George Weigel is Distinguished Senior Fellow of Washington’s Ethics and Public Policy Center, where he holds the William E. Simon Chair in Catholic Studies. His two-volume biography of John Paul II comprises Witness to Hope and The End and the Beginning. Over time he has been a defender of Fr. Maciel and the Legionaries of Christ, a critic and a proponent of the reform of the congregation and, mostly, a balanced commenter on the role of the Maciel scandal and the place of the Legionaries of Christ in the Church.
He has just made an interesting commentary, in the context of the upcoming beatification of Pope John Paul II, on the the sordid case of the founder of the Legionaries of Christ, whom the late Pope supported.
To focus so much attention on Maciel at the time of John Paul II’s beatification, as if his case offered a privileged window into a 26-year pontificate that changed the history of the Church and the world, is rather like obsessing on the disastrous raid on Dieppe and the bombing of Dresden at Winston Churchill’s funeral. It’s grotesquely disproportionate, from any serious historical point of view.
A recent article by Jeffrey Mirus, President of CatholicCulture.org offers a complementary perspective on Weigel's comments by placing the Maciel scandal in context.
Given this long-standing concern that has surrounded the work of the Legion of Christ, an outsider would be unlikely to share Fr. Gill’s (a former Legionary of Christ priest) assessment that Fr. Maciel has inflicted more damage on the Church’s reputation and evangelizing mission than any other single Church leader. The Legion would have had to be far more successful and far more trusted than it ever was for this to be the case, let alone for an impartial observer to regard the damage as in any sense fatal.
Again, a little distance is salutary. I am not saying that people were not hurt (though I am remembering as well that a great many were also helped). But with a little distance, we find that the Legion’s power and influence over souls was not as great as Fr. Gill might suggest. The Legion was not everything, nor is its current crisis the end of everything. Unless the Church herself falls, there remains to all of the fallen a source of grace and healing. [emphasis mine]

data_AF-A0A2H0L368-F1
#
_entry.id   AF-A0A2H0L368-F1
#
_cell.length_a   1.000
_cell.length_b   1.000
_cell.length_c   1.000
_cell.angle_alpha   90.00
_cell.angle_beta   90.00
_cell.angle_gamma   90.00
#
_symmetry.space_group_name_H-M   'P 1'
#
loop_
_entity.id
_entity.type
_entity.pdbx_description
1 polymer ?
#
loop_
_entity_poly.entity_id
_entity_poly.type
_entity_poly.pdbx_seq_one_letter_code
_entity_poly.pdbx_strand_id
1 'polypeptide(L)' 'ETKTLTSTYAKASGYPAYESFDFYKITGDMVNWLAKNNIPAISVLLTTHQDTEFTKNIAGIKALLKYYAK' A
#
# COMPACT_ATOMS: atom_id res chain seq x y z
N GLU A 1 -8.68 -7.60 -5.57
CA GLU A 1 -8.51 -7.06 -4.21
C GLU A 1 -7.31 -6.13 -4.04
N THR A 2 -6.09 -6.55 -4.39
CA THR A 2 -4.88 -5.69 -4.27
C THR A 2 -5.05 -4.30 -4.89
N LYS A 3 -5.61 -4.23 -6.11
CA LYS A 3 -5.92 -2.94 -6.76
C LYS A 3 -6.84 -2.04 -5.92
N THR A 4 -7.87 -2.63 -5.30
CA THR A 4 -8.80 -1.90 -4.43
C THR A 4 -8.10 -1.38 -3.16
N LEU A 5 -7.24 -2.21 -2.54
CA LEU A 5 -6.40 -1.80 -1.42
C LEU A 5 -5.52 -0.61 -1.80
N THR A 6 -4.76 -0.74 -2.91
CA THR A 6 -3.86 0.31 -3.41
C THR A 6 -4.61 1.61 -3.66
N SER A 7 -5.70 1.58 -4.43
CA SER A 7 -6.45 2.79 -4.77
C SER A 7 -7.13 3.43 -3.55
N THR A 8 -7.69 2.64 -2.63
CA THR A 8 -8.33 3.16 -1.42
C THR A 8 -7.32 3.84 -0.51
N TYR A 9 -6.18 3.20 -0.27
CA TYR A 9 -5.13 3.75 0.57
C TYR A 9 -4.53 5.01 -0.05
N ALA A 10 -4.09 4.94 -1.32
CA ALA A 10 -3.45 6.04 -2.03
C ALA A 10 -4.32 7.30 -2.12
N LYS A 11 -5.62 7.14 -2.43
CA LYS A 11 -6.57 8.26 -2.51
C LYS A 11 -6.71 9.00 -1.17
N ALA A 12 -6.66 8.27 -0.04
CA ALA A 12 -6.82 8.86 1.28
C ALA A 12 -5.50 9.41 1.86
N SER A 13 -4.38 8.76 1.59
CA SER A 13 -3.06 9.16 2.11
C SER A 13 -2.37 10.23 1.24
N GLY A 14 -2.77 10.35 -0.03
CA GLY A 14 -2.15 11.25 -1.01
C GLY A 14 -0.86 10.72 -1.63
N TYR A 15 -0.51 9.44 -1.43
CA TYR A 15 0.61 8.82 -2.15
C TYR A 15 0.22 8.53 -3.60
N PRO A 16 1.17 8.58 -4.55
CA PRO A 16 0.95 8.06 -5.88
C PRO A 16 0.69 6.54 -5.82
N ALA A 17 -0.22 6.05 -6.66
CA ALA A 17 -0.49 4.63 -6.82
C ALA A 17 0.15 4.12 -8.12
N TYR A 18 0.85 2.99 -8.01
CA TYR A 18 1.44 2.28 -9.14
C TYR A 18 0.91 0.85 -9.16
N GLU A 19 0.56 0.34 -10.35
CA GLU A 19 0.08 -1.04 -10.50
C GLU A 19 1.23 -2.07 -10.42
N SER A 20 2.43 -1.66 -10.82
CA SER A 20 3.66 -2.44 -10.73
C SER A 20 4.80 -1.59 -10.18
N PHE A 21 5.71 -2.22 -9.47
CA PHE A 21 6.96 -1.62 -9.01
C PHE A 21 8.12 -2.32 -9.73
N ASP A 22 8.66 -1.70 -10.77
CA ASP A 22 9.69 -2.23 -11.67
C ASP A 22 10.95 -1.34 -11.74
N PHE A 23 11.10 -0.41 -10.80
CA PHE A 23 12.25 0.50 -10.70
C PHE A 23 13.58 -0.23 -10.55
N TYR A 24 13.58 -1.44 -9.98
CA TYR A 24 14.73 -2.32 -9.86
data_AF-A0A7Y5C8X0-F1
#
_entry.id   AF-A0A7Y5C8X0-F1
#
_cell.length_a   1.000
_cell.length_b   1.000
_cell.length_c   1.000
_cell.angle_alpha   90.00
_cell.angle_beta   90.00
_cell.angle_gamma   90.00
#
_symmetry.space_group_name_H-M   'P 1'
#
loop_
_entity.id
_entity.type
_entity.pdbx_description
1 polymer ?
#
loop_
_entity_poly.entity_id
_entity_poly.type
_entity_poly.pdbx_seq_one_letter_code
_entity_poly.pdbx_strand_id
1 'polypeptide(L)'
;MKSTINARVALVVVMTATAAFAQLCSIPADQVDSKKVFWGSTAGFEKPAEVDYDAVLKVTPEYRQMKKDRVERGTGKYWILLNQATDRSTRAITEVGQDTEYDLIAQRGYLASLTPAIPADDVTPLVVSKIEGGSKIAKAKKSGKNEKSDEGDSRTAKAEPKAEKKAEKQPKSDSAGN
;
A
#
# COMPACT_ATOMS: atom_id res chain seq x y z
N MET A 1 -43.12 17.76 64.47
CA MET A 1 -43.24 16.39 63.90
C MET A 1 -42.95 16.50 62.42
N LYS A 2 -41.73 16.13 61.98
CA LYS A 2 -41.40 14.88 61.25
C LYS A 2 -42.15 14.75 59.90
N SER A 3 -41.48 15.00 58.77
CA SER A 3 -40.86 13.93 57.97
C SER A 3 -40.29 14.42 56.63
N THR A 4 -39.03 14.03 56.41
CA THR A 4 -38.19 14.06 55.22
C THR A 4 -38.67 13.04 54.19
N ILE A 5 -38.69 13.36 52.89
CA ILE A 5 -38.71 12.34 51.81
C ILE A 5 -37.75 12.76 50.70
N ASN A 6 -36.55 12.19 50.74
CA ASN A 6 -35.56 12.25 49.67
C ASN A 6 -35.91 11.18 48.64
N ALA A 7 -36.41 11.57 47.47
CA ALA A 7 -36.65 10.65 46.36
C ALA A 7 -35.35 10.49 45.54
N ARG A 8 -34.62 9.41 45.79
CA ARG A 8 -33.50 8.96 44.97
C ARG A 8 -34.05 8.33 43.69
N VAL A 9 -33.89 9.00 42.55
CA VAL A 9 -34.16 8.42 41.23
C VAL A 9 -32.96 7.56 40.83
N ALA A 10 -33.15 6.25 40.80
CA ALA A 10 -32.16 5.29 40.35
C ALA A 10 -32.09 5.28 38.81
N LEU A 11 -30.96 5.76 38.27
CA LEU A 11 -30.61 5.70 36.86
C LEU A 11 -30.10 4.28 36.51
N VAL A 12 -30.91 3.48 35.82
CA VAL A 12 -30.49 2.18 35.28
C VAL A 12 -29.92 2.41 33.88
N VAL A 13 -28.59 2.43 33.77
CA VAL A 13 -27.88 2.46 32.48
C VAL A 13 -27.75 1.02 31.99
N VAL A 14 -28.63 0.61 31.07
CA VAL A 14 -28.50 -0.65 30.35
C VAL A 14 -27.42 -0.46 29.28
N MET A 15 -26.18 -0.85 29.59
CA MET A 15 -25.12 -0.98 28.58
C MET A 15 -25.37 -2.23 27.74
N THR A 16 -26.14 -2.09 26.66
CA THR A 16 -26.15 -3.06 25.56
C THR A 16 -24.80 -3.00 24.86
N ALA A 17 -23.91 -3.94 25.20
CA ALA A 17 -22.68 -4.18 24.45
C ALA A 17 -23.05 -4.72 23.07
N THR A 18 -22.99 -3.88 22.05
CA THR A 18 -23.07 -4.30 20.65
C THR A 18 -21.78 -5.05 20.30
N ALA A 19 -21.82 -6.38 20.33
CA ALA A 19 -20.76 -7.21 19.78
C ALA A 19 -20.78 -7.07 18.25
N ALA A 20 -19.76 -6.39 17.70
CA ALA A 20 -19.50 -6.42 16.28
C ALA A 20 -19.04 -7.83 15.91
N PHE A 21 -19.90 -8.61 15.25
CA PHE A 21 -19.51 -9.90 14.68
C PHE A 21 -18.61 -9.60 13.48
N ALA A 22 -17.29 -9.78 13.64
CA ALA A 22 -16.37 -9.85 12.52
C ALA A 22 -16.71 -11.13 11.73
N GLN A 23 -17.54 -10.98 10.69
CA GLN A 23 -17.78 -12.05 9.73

Again, George Weigel suggests
John Paul II was clearly deceived by Maciel, who was a master deceiver. The relevant questions here, in terms of John Paul II’s beatification and its judgment that he lived a life of heroic virtue, are whether John Paul II’s failure to see through Maciel’s deceptions was willful (i.e., he knew about Maciel’s perfidies and did nothing about the situation), or venal (i.e., he was “bought” by Maciel), or malicious (i.e., he knew that Maciel was a sociopathic fraud and didn’t care). There isn’t a shred of evidence that would sustain a positive answer to any of those questions. To even think that such could be the case is to utterly miss the character of the late pope.
But during the period of the reform effort, we must not lose sight of the fact that many Legion priests and members of Regnum Christi continue to do wonderful work. The way forward will be long and hard, but it is not hopeless. Perhaps, above all, that is what I mean by perspective. Things are never hopeless. Not with Christ. And not in Christ’s Church.
"Things are never hopeless. Not with Christ. And not in Christ’s Church." Sounds to me like a fitting comment for the Easter Season.